A new study shows that women who take antidepressants (SSRIs) while pregnant are much more likely to have a child with autism. Here's what else you should know.

By Hollee Actman Becker
December 15, 2015
sad pregnant woman
Credit: Shutterstock

By now you've probably heard the news: A new study has revealed that women who take antidepressants like Prozac, Zoloft, or Paxil during the final two trimesters of pregnancy are more likely to have a child with autism.

"Use of antidepressants, specifically selective serotonin reuptake inhibitors, during the second and/or third trimester increases the risk of autism spectrum disease in children, even after considering maternal depression," wrote Anick Berard of the University of Montreal in the report.

Berard's team studied more than 145,000 children born between 1998 and 2009. They found that women who took antidepressants in the last six months of pregnancy were 87 percent more likely to have a child later diagnosed with autism. Doctors saw no increase in autism rates in women who took medication for depression in the first three months of pregnancy. And more careful analysis showed it is specifically SSRIs that are linked to the disorder.

Possibile causes for autism are always a hot topic, and so not surprisingly, news of this study caused the Internet to erupt in debate. On the one side, you have the "I toldja so!" camp, and on the other, the naysayers who dismiss the findings as alarmist "junk science."

What, then, is the takeaway?

For starters, while the findings are no doubt troubling, depression is a serious and sometimes life-threatening condition, and women shouldn't just stop taking their medications because of one study. Espcially considering that Berard told The New York Times that the results show correlation, but not necessarily causation. "The causes of autism are still unknown," she said. "We studied one of multiple environmental causes and measured an association. It's not a cause."

We also spoke to Joanne Stone, M.D., director of Maternal Fetal Medicine for the Mount Sinai Health System, who told us that while the study may have been large in scope, it is by no means definitive. "Overall, It's a good study and raises important questions, but more studies need to be done," she said. "They used data from prescriptions that were filled, but we really have no idea if the patients actually took the medications. It's a fairly reliable assumption, but it is a limitation of the study."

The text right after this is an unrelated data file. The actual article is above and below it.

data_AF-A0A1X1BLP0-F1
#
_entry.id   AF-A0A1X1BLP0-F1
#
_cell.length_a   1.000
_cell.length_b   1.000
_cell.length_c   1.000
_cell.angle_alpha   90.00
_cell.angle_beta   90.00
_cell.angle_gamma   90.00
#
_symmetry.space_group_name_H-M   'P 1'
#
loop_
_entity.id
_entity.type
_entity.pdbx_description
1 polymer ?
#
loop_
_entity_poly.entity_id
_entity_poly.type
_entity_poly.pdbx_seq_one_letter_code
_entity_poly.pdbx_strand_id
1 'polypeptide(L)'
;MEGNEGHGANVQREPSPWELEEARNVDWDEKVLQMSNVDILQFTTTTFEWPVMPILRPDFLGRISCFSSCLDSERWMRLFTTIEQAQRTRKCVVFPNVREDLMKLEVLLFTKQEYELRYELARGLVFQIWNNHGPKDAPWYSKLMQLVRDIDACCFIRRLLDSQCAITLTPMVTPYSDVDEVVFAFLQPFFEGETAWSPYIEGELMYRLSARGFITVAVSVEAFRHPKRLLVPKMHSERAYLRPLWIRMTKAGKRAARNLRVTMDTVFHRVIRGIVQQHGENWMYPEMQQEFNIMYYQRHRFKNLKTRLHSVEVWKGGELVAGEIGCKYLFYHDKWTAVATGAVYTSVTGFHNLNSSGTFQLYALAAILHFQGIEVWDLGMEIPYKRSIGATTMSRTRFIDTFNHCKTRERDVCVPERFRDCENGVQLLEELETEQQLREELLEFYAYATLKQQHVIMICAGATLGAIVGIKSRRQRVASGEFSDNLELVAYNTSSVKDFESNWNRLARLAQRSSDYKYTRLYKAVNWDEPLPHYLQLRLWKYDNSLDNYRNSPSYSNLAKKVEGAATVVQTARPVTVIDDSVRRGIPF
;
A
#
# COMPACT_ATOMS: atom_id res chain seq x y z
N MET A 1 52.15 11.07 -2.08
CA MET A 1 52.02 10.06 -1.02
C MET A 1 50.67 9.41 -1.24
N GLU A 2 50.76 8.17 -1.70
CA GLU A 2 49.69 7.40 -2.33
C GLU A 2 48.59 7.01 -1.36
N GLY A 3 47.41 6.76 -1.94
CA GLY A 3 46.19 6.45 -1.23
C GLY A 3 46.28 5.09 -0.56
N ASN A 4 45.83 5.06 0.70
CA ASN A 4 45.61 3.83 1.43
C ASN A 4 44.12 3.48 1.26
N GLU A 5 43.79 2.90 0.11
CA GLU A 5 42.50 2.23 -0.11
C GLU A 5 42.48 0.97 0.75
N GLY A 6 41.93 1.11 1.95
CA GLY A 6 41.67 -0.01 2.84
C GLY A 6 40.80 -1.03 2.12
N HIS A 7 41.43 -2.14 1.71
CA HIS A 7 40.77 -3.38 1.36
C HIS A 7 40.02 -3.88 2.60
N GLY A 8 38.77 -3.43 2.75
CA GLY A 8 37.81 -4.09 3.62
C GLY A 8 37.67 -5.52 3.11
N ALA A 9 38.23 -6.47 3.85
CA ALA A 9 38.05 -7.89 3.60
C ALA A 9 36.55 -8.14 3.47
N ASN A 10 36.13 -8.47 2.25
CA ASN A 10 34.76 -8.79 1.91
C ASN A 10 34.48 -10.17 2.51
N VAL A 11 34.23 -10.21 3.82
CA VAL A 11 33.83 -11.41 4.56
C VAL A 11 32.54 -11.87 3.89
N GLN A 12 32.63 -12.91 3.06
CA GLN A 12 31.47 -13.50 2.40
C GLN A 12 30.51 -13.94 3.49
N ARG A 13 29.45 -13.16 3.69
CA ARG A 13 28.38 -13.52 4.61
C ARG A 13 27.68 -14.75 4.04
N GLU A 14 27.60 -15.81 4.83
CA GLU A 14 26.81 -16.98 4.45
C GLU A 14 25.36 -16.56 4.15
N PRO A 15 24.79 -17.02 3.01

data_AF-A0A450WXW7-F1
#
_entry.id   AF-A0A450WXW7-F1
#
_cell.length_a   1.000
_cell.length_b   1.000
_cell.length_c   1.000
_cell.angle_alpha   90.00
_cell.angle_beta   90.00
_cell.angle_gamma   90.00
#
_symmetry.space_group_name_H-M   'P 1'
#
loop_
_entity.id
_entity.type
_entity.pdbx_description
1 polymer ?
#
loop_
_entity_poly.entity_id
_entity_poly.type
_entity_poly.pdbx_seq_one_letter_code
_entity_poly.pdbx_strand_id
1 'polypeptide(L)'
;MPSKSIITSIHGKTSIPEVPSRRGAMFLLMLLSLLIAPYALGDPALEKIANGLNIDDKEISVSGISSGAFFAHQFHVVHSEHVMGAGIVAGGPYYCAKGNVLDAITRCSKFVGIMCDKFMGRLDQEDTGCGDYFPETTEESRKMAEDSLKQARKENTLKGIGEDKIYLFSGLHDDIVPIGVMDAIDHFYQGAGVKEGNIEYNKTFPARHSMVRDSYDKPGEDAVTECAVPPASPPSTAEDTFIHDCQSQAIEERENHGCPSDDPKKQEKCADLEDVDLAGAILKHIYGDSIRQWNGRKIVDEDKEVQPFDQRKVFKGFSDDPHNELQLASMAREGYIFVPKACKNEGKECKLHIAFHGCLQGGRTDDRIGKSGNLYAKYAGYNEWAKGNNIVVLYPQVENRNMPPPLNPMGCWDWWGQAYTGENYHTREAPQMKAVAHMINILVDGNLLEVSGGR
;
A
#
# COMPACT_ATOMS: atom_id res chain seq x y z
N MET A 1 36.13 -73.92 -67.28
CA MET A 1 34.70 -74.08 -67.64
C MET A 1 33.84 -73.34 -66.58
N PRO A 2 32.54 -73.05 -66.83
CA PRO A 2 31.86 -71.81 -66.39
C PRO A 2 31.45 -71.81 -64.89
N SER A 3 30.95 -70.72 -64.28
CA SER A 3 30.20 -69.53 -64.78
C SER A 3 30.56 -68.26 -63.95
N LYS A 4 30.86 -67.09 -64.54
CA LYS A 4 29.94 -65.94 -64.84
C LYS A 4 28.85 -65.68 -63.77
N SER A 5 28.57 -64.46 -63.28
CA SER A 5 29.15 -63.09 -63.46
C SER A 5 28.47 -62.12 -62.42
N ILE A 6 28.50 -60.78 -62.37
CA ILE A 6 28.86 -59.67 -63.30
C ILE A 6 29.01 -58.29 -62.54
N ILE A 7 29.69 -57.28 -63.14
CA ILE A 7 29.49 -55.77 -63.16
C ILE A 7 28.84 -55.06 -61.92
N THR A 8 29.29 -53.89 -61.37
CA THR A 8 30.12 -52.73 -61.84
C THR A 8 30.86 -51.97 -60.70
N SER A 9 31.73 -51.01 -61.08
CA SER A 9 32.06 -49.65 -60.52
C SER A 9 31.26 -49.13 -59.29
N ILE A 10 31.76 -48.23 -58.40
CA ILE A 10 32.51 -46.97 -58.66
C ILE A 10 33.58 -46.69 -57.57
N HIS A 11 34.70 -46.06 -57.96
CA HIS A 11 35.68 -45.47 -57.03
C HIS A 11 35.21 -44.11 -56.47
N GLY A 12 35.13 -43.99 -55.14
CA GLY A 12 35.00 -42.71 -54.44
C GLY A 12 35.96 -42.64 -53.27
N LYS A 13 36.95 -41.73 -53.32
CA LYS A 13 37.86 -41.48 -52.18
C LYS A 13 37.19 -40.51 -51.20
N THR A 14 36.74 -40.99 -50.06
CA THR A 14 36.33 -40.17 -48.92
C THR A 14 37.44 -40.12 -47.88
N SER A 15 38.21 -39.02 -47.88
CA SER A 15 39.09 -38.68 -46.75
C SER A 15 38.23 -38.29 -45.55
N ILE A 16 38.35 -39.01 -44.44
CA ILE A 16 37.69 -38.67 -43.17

Still, there's no denying the results sound scary—especially when you take into consideration the fact that 14 to 23 percent of women experience depressive symptoms while pregnant—so it's not difficult to see why a mother-to-be who is currently taking SSRIs might be feeling a little freaked out.

Even so, Dr. Stone says the decision to forgo your meds should not be taken lightly. "The majority of women who go off their antidepressants do relapse and need to restart their medications," she said. "Depression has been associated with a higher risk of pregnancy complications as well."

Alan Manevitz, M.D., an attending psychiatrist at NewYork-Presbyterian and Lenox Hill Hospitals in New York, agrees that pregnant women taking SSRIs should not panic and discontinue their medication. "They could go through withdrawal symptoms that could be a higher risk than continuing on their medicine," he says.

When untreated, depression can have a serious impact on both the mom-to-be and her unborn baby. "Untreated depression can lead to poor maternal care (poor diet, not taking prenatal vitamins, missing doctor's appointments, lack of exercise) or other risky behaviors (smoking, alcohol, street drugs as a form of 'self-medication')—all actions that can potentially lead to miscarriages, early birth, low birth weight, and other consequences," Dr. Manevitz says. "Untreated depression can also wreak havoc on families and other children and increase the risk of postpartum depression, which can interfere with bonding and caring for the newborn infant."

How, then, should pregnant women in need of SSRIs even begin to decide on a course of action? ""They should consult their obstetrician and psychiatrist before deciding anything," Dr. Manevitz urges. "Every pregnancy needs to be considered individually for the risk benefit of treatment."

Hollee Actman Becker is a freelance writer, blogger and a mom. Check out her website holleeactmanbecker.com for more, and follow her on Twitter at @holleewoodworld.